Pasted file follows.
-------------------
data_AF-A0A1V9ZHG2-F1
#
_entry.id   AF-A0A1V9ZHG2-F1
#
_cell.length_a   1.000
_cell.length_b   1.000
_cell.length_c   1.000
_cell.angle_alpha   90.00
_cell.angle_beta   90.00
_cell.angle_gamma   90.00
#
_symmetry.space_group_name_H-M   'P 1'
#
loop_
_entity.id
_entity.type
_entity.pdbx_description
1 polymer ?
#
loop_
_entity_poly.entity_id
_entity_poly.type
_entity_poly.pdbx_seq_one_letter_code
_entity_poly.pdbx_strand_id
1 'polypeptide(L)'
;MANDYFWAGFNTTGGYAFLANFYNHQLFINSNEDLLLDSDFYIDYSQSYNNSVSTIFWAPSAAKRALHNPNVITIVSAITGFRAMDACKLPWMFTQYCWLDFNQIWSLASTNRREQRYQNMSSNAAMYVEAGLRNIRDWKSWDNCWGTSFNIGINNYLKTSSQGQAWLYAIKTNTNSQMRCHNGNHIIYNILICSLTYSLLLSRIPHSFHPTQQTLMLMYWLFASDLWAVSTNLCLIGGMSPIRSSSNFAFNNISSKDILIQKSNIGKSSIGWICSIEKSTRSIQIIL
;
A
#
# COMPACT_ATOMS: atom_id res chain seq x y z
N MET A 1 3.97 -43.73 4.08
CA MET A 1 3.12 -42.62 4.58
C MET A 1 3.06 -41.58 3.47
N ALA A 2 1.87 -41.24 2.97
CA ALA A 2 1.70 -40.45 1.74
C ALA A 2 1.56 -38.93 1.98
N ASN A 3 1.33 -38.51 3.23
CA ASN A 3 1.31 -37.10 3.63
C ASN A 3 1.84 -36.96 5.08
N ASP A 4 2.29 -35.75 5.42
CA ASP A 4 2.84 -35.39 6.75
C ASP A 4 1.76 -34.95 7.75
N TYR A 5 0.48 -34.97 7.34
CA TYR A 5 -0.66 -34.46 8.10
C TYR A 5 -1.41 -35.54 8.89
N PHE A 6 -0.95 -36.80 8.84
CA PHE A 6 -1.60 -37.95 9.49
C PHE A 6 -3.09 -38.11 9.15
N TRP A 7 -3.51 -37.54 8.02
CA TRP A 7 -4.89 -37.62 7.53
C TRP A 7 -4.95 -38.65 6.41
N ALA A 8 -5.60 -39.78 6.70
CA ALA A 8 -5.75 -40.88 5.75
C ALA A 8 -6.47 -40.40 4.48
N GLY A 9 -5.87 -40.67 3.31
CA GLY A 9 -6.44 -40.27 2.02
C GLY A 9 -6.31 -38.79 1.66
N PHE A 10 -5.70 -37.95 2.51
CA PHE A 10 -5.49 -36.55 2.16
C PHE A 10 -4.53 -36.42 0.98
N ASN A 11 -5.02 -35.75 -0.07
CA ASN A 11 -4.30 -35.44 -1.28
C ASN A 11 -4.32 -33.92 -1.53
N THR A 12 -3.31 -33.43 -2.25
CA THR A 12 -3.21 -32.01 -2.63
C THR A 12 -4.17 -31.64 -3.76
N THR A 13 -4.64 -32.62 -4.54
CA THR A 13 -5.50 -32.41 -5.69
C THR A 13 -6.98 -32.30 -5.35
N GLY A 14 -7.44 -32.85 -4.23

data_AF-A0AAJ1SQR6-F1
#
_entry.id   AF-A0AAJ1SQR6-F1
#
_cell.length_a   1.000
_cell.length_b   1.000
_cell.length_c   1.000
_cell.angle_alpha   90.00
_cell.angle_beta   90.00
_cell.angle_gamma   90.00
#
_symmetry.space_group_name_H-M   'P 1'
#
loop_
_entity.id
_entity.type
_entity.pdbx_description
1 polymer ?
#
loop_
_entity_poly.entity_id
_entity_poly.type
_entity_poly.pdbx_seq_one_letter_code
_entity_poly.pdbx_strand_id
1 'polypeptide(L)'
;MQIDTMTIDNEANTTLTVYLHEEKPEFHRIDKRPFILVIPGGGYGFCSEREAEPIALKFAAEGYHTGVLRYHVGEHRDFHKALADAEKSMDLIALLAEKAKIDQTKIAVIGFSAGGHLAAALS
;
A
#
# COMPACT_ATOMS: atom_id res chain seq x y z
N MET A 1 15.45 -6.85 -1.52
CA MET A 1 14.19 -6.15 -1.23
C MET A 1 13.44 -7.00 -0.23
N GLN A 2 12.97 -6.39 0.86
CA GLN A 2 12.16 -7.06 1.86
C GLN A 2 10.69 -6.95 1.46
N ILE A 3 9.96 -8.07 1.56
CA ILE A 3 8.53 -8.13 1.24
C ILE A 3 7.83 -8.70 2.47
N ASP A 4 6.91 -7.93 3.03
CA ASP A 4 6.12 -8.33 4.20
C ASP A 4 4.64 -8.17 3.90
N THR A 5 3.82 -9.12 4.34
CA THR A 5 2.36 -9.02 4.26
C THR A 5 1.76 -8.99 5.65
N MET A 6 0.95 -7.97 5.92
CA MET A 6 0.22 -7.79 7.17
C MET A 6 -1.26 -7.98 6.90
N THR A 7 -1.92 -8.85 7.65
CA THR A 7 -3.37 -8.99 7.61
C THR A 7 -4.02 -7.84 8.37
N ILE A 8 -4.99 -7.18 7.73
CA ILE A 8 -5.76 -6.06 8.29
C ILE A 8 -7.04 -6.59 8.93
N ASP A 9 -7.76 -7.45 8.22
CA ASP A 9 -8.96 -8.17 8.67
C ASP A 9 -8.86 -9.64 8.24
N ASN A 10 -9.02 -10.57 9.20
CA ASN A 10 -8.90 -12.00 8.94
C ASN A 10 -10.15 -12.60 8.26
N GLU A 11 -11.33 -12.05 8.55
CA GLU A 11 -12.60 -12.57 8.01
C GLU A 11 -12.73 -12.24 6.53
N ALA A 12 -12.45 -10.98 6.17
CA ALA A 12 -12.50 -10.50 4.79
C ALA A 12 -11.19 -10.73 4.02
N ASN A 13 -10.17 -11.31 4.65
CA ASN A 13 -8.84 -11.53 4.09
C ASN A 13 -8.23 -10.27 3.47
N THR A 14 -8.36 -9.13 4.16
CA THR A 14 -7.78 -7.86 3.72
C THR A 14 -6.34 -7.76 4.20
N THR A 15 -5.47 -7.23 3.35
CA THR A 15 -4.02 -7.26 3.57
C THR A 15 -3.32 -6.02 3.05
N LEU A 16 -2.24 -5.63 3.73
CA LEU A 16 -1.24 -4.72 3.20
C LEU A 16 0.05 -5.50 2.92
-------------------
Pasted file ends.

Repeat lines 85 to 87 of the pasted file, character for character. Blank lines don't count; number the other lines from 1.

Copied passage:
_entity.id
_entity.type
_entity.pdbx_description